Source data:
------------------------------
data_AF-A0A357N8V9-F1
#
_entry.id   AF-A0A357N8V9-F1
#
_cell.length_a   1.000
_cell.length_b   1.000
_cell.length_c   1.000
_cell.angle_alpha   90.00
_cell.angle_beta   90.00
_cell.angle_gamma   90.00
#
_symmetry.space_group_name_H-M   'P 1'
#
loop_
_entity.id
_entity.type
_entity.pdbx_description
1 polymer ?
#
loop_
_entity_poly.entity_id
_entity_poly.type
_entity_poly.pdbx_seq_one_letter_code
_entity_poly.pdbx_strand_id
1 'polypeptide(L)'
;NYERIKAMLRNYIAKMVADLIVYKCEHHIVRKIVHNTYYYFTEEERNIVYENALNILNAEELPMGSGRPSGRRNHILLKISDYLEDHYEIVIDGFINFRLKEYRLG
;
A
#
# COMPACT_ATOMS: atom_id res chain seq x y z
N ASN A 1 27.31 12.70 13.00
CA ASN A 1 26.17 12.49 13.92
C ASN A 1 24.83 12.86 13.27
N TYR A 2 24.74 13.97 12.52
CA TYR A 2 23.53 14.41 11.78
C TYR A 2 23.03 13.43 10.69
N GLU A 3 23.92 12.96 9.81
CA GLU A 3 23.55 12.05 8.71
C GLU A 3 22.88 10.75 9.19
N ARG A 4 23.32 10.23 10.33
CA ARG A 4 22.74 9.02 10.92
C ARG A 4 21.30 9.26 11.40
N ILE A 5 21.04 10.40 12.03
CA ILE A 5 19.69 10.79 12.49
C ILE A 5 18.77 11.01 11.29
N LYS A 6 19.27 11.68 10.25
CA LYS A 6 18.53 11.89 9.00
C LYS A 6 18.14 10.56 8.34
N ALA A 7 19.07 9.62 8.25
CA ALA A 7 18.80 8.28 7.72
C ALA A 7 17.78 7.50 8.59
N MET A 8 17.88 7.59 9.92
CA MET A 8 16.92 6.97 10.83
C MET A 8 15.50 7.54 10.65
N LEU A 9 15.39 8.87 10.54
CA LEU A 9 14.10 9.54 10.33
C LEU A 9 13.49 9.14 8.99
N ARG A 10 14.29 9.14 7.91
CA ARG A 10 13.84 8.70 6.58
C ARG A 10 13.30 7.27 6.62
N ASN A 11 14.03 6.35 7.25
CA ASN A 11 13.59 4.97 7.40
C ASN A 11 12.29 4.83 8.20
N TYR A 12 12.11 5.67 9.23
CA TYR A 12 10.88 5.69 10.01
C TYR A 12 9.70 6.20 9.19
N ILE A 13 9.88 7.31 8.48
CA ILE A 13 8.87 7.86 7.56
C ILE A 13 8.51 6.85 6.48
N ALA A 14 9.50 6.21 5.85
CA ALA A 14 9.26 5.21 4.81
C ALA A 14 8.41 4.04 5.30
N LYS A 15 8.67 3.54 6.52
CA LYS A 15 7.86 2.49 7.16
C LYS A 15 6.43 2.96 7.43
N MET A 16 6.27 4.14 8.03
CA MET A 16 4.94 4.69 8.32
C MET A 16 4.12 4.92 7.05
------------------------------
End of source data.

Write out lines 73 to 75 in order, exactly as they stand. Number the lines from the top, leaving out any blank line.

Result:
N LYS A 15 8.67 3.54 6.52
CA LYS A 15 7.86 2.49 7.16
C LYS A 15 6.43 2.96 7.43